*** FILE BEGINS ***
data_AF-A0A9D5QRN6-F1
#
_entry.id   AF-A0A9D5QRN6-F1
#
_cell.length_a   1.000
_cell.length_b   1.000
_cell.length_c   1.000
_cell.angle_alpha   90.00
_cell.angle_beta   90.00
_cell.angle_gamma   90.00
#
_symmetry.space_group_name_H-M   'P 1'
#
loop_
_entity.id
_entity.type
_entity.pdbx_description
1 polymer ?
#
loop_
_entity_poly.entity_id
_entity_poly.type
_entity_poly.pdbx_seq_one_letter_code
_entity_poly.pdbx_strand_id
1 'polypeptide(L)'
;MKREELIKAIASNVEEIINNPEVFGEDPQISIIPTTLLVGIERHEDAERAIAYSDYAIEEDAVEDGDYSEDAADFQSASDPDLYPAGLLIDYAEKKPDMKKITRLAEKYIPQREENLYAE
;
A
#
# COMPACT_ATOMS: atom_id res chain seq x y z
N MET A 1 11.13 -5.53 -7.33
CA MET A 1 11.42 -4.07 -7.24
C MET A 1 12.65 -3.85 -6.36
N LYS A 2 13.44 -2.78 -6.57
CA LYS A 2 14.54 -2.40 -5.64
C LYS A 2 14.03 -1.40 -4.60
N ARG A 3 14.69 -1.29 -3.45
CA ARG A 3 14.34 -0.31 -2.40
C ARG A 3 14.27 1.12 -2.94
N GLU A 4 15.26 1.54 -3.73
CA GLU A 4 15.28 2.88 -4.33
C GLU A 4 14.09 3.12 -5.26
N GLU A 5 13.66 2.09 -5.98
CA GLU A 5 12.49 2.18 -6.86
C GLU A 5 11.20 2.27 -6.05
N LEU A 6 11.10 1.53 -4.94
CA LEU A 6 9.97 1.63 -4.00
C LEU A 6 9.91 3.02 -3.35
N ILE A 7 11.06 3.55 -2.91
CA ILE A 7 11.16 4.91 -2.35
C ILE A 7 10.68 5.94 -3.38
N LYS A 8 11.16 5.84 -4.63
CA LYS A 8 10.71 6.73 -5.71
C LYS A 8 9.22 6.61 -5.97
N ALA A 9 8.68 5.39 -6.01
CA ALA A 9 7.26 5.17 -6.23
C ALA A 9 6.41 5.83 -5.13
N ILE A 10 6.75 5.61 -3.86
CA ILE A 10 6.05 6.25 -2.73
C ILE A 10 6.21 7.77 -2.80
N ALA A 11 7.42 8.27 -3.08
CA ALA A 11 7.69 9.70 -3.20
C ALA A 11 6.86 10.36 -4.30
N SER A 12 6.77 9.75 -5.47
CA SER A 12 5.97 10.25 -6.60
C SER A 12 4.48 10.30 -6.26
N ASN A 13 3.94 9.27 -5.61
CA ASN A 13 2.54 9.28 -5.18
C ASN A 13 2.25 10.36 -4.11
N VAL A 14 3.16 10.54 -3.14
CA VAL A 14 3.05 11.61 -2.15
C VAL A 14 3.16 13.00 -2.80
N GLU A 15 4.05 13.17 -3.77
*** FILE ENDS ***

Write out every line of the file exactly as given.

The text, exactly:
data_AF-A0A9D5QRN6-F1
#
_entry.id   AF-A0A9D5QRN6-F1
#
_cell.length_a   1.000
_cell.length_b   1.000
_cell.length_c   1.000
_cell.angle_alpha   90.00
_cell.angle_beta   90.00
_cell.angle_gamma   90.00
#
_symmetry.space_group_name_H-M   'P 1'
#
loop_
_entity.id
_entity.type
_entity.pdbx_description
1 polymer ?
#
loop_
_entity_poly.entity_id
_entity_poly.type
_entity_poly.pdbx_seq_one_letter_code
_entity_poly.pdbx_strand_id
1 'polypeptide(L)'
;MKREELIKAIASNVEEIINNPEVFGEDPQISIIPTTLLVGIERHEDAERAIAYSDYAIEEDAVEDGDYSEDAADFQSASDPDLYPAGLLIDYAEKKPDMKKITRLAEKYIPQREENLYAE
;
A
#
# COMPACT_ATOMS: atom_id res chain seq x y z
N MET A 1 11.13 -5.53 -7.33
CA MET A 1 11.42 -4.07 -7.24
C MET A 1 12.65 -3.85 -6.36
N LYS A 2 13.44 -2.78 -6.57
CA LYS A 2 14.54 -2.40 -5.64
C LYS A 2 14.03 -1.40 -4.60
N ARG A 3 14.69 -1.29 -3.45
CA ARG A 3 14.34 -0.31 -2.40
C ARG A 3 14.27 1.12 -2.94
N GLU A 4 15.26 1.54 -3.73
CA GLU A 4 15.28 2.88 -4.33
C GLU A 4 14.09 3.12 -5.26
N GLU A 5 13.66 2.09 -5.98
CA GLU A 5 12.49 2.18 -6.86
C GLU A 5 11.20 2.27 -6.05
N LEU A 6 11.10 1.53 -4.94
CA LEU A 6 9.97 1.63 -4.00
C LEU A 6 9.91 3.02 -3.35
N ILE A 7 11.06 3.55 -2.91
CA ILE A 7 11.16 4.91 -2.35
C ILE A 7 10.68 5.94 -3.38
N LYS A 8 11.16 5.84 -4.63
CA LYS A 8 10.71 6.73 -5.71
C LYS A 8 9.22 6.61 -5.97
N ALA A 9 8.68 5.39 -6.01
CA ALA A 9 7.26 5.17 -6.23
C ALA A 9 6.41 5.83 -5.13
N ILE A 10 6.75 5.61 -3.86
CA ILE A 10 6.05 6.25 -2.73
C ILE A 10 6.21 7.77 -2.80
N ALA A 11 7.42 8.27 -3.08
CA ALA A 11 7.69 9.70 -3.20
C ALA A 11 6.86 10.36 -4.30
N SER A 12 6.77 9.75 -5.47
CA SER A 12 5.97 10.25 -6.60
C SER A 12 4.48 10.30 -6.26
N ASN A 13 3.94 9.27 -5.61
CA ASN A 13 2.54 9.28 -5.18
C ASN A 13 2.25 10.36 -4.11
N VAL A 14 3.16 10.54 -3.14
CA VAL A 14 3.05 11.61 -2.15
C VAL A 14 3.16 13.00 -2.80
N GLU A 15 4.05 13.17 -3.77